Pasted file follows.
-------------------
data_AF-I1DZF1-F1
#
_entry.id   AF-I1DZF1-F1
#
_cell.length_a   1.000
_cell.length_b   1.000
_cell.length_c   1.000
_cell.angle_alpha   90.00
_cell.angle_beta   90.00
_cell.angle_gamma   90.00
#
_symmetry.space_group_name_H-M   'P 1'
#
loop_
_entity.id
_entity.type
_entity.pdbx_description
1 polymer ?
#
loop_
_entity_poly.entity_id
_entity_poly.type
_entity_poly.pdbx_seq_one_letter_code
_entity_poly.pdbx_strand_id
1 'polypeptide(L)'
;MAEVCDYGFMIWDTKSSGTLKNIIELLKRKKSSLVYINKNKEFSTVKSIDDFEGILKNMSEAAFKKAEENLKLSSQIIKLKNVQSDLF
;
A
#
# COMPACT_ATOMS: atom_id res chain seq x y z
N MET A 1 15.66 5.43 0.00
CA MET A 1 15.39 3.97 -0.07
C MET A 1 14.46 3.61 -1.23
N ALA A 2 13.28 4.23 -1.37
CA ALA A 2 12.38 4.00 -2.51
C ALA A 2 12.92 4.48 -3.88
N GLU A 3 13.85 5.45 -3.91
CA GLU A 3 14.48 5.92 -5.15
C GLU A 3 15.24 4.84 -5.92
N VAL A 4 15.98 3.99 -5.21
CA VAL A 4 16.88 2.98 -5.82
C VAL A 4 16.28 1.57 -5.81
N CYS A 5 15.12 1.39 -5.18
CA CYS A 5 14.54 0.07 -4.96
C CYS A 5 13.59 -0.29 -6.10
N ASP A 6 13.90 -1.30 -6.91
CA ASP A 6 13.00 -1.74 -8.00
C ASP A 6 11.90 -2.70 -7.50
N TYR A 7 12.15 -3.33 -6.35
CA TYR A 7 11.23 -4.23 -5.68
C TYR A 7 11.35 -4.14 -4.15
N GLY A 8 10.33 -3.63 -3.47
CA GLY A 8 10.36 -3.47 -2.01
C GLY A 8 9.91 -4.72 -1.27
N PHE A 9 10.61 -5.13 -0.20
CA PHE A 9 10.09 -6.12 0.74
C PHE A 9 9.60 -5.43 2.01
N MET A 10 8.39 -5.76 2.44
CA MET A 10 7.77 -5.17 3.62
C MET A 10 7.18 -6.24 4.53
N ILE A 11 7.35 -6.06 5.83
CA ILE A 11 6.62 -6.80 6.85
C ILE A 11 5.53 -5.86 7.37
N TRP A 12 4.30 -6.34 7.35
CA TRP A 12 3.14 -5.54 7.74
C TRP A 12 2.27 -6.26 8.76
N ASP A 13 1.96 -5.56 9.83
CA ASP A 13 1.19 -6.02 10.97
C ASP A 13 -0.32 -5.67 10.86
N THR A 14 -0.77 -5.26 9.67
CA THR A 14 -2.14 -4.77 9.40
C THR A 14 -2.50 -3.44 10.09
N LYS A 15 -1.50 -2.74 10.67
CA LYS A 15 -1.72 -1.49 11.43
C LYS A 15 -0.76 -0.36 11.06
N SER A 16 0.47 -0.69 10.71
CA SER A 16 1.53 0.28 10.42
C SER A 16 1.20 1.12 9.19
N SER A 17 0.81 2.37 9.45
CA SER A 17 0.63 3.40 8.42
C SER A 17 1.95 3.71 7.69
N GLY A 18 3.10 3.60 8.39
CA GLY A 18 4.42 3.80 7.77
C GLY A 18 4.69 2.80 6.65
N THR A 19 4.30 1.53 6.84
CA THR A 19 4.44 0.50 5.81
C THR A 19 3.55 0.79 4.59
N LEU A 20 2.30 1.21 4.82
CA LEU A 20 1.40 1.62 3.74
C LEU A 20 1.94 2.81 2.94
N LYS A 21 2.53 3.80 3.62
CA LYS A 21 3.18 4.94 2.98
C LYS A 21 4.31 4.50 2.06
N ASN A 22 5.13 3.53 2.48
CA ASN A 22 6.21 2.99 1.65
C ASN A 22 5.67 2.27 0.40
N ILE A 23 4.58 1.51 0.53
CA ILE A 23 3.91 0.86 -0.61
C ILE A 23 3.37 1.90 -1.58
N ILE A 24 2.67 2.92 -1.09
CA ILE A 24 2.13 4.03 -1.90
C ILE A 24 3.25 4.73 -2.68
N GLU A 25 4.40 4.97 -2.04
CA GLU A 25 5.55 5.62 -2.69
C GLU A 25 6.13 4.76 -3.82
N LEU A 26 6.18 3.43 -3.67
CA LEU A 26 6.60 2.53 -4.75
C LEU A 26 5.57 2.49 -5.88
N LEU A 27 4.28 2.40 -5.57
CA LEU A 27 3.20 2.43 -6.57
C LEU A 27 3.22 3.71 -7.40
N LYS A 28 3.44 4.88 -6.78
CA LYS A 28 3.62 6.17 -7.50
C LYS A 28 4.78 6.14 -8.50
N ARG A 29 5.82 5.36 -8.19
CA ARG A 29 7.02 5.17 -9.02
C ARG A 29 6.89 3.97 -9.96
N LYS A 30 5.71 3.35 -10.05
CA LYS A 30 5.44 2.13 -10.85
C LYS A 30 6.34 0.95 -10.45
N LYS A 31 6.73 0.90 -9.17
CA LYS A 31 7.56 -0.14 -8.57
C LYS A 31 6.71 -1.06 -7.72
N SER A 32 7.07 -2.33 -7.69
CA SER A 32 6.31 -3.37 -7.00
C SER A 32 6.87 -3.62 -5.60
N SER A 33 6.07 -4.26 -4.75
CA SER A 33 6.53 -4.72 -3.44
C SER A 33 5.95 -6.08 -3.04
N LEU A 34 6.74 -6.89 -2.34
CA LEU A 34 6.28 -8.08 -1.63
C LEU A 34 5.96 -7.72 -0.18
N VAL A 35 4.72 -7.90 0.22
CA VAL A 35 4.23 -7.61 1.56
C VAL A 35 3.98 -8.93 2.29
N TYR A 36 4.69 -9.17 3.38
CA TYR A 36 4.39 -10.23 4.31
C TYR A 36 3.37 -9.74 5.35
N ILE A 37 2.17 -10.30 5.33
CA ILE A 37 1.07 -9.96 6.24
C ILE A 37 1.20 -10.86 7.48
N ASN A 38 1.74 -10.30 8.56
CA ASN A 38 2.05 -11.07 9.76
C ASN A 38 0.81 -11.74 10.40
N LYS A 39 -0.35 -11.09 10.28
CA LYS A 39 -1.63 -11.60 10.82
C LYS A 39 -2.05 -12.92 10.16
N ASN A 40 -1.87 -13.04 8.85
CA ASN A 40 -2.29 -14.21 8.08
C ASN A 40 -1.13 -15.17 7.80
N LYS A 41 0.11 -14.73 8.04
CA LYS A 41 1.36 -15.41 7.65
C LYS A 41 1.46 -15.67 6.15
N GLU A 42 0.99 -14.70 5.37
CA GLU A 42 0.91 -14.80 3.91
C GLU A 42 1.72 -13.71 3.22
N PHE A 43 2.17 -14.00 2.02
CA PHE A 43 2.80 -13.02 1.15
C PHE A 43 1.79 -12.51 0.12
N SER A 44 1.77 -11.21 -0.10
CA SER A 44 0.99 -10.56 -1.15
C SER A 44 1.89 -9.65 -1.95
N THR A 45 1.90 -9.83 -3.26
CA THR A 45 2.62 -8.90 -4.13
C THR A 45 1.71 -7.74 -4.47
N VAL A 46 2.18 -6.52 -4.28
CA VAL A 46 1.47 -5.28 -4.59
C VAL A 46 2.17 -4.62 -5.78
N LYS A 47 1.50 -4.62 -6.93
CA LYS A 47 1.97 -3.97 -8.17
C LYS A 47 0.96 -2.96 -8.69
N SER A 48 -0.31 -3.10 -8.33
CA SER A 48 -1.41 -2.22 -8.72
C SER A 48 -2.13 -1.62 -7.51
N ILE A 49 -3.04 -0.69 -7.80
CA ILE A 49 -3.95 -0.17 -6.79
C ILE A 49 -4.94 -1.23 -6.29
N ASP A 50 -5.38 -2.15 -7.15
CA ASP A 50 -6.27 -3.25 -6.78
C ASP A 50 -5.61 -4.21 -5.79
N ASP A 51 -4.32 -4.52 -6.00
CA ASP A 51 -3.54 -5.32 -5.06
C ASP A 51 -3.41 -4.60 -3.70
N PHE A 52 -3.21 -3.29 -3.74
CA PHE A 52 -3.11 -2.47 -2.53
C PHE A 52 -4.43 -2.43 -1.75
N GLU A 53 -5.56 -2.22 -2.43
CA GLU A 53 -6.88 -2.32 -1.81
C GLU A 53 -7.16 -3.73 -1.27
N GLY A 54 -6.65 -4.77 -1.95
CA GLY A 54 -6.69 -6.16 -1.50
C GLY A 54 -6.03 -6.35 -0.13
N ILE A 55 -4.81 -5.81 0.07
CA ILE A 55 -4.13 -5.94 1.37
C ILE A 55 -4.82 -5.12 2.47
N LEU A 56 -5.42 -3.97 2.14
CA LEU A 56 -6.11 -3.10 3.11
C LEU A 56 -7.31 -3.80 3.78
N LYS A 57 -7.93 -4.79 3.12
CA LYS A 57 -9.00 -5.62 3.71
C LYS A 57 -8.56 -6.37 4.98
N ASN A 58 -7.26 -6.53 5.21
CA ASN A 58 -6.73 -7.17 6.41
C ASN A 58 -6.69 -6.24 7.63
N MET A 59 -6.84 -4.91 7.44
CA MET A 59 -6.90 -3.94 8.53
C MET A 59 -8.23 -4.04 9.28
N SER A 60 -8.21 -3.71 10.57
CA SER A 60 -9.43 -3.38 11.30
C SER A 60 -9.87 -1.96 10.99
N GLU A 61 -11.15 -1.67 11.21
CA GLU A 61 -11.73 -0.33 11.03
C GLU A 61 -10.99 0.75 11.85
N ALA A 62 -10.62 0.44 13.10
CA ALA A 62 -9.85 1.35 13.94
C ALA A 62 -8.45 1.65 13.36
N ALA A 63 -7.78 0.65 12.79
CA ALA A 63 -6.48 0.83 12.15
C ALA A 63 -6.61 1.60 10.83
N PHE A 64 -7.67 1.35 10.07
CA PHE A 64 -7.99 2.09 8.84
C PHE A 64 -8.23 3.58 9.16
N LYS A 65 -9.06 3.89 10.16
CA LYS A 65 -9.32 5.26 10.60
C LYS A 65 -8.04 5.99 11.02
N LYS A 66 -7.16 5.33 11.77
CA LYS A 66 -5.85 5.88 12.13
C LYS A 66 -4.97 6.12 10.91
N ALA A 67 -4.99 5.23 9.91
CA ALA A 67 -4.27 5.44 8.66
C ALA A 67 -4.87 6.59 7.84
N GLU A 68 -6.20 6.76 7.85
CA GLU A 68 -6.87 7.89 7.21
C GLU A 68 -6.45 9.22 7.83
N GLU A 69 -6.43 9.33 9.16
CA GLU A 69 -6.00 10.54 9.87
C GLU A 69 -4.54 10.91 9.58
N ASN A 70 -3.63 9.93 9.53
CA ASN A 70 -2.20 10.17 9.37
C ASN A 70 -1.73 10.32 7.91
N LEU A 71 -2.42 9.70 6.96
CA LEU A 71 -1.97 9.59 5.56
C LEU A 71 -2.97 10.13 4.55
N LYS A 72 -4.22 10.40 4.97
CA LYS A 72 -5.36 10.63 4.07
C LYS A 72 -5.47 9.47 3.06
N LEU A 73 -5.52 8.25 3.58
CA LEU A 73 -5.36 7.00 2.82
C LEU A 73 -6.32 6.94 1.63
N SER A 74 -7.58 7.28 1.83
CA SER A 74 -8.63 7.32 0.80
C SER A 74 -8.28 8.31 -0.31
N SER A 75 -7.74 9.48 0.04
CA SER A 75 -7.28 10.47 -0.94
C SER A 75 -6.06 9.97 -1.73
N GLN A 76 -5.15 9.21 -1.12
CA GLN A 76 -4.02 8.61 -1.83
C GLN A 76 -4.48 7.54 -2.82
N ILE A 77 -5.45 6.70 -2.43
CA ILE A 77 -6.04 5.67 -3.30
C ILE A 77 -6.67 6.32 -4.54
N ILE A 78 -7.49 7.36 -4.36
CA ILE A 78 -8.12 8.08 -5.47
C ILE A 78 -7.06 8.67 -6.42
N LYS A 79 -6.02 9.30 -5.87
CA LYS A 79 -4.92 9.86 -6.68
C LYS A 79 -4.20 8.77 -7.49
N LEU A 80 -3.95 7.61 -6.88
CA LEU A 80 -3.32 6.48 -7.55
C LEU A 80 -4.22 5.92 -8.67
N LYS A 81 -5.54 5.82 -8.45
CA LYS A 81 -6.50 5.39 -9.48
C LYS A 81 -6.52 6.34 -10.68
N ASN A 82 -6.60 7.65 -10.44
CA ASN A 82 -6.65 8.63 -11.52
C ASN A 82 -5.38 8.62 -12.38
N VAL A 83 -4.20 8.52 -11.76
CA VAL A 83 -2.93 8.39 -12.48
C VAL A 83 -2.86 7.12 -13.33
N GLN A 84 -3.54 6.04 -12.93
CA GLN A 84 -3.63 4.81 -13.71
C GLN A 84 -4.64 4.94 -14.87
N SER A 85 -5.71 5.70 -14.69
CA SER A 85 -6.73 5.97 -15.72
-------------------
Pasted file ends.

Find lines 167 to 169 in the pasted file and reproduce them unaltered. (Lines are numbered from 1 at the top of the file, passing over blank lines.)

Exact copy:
CA VAL A 46 1.47 -5.28 -4.59
C VAL A 46 2.17 -4.62 -5.78
N LYS A 47 1.50 -4.62 -6.93